Thursday, 4 July 2019

Media Quotes of the Week: From outrage as Trump jokes with Putin about getting rid of journalists to please don't scan our magazines - buy them!




Bloomberg White House reporter Jennifer Jacobs  @JenniferJJacobs on Twitter at the Osaka Summit: "Trump also bonded with Putin over a scorn for journalists. 'Get rid of them. Fake news is a great term, isn't it? You don’t have this problem in Russia, but we do.' 'We also have,' Putin answered, in English. 'It’s the same.' They shared a chuckle."

Brian Klaas @brianklaas on Twitter: "This is disgusting. Putin’s regime has murdered many, many journalists. And the President of the United States is joking about abusing the press with Russia’s despot, who likely ordered some of those killings."

Andrew Neil @afneil on Twitter: "Trump sitting with Putin calls journalists he doesn’t agree with ‘fake news’. You don’t have that problem, he tells Putin. He’s right. Journalists who cross Putin are killed or disappeared or jailed. Disgraceful statement by a US President."

Margaret Sullivan in the Washington Post: "Trump is joking with a foreign adversary about two of the most basic elements of American democracy: voting integrity and the role of free press. And he has the gall to accuse the press of treason? Those who call themselves Americans should be disgusted by what Trump did in Osaka."



The Labour Party in a statement, reported by ITV News: "These Times stories are a series of false, fabricated and absurd allegations hiding behind anonymous sources with a transparently political agenda. For any senior civil servant to falsely claim the leader of the opposition is ill, frail or forgetful, is a disgrace and a clear political intervention. In a democracy, the people decide who is prime minister."


Michael Crick in the Sunday Times [£] on similarities between Boris Johnson and Jeremy Corbyn: "Where most politicians are hugely dependent on the mainstream media and would be lost without it, Corbyn managed to become Labour leader, and stay there, without it. Johnson, until recently, had been doing his best to avoid press conferences and broadcast interviews. Yet both men have been professional journalists. Like Winston Churchill before him, Johnson is one of the highest-paid columnists of his age. Corbyn’s career as a journalist was rather more modest. He began adult life on the Newport and Market Drayton Advertiser in Shropshire, covering weddings and funerals — 20 years or so before Johnson became a trainee reporter on the Wolverhampton Express & Star."




Ex-Telegraph owner Lord Conrad Black on Max Hastings and Boris Johnson in the Spectator"Boris’s peccadilloes were more absurd, complicated and over-publicised than the shambles of the personal lives of other journalists. But his editorial opinions were sensible and consistent. His schtick grew tiresome, like an over-familiar vaudeville act, but he was at all times a person of goodwill and his foibles were deployed to the benefit of the enterprise. He had his lapses, but he was capable, successful and reliable when it counted, and he is, as he appears, a pleasant man. Max is an ill-tempered snob with a short attention span. He has his talents, but it pains me to report that when seriously tested, he was a coward and a flake. I think Boris will be fine."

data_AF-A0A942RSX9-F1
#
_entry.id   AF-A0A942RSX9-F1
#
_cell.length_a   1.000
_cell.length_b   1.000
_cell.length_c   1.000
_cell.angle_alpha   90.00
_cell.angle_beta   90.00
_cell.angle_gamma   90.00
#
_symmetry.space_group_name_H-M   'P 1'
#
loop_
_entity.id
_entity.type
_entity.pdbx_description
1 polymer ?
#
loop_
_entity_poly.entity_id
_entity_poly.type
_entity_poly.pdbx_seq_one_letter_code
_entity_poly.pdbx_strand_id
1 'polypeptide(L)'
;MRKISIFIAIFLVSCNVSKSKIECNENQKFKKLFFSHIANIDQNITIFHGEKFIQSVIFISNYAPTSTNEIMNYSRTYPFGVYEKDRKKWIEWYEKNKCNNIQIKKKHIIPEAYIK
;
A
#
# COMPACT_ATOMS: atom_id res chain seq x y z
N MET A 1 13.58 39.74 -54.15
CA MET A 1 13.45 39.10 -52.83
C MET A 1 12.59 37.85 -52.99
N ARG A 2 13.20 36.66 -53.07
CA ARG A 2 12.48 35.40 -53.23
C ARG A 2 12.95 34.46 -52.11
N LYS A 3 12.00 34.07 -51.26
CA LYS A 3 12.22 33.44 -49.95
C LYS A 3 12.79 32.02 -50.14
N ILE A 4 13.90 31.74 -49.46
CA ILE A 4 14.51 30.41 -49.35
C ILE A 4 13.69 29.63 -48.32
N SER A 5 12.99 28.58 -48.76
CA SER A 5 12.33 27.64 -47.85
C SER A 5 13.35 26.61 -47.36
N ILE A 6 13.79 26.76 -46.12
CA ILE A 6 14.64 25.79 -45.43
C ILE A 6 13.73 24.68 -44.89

Marina Hyde in the Guardian"Why are we getting journalists to run anything? What’s the rationale – that now they’ve torched their own industry, they should be allowed a go on the country? If the past couple of decades have shown us anything, it’s that journalists shouldn’t really have been in charge of even the journalism business. It is far from a coincidence that two of the leading architects of Brexit – Michael Gove and Johnson – were both journalists. Is it in any way surprising to find that the UK is very drunk and has already missed two deadlines?"



The Times [£] in a leader on the Government white paper on internet harm: "As things stand, all media outlets with space for user comments could be considered platforms under the proposals. That could include sites like that of The Times, which may find itself under pressure to quieten or kill the often lively debates that take place under articles online. The government says that it will not regulate where press regulation is already in place. But it must be clearer about how it will fulfil such a promise given the wording of the white paper."


Q magazine editor Ted Kessler @TedKessler1 on Twitter: "I politely implore the @florencemachine fanclubs to take down the @QMagazine cover story. Posting it online the day it’s in the shops will put us out business, halting this kind of twelve page feature on your favourite artist. Everyone deserves paying for their work."

Empire magazine editor-in-chief Terri White @Terri_White on Twitter: "We have people scanning in massive chunks of @empiremagazine every month to share in fan communities. The *real* service of fans is in allowing magazines like @empiremagazine and @QMagazine to continue to exist."More
Private Eye @PrivateEyeNews on Twitter: "This is just as true of Private Eye. Encouraging your followers to buy a copy and help fund the sort of journalism we do (and pay cartoonists!) is great; photographing whole chunks and giving them away for free when we've only just gone on sale really isn't."

 [£] =paywall

1 comment:

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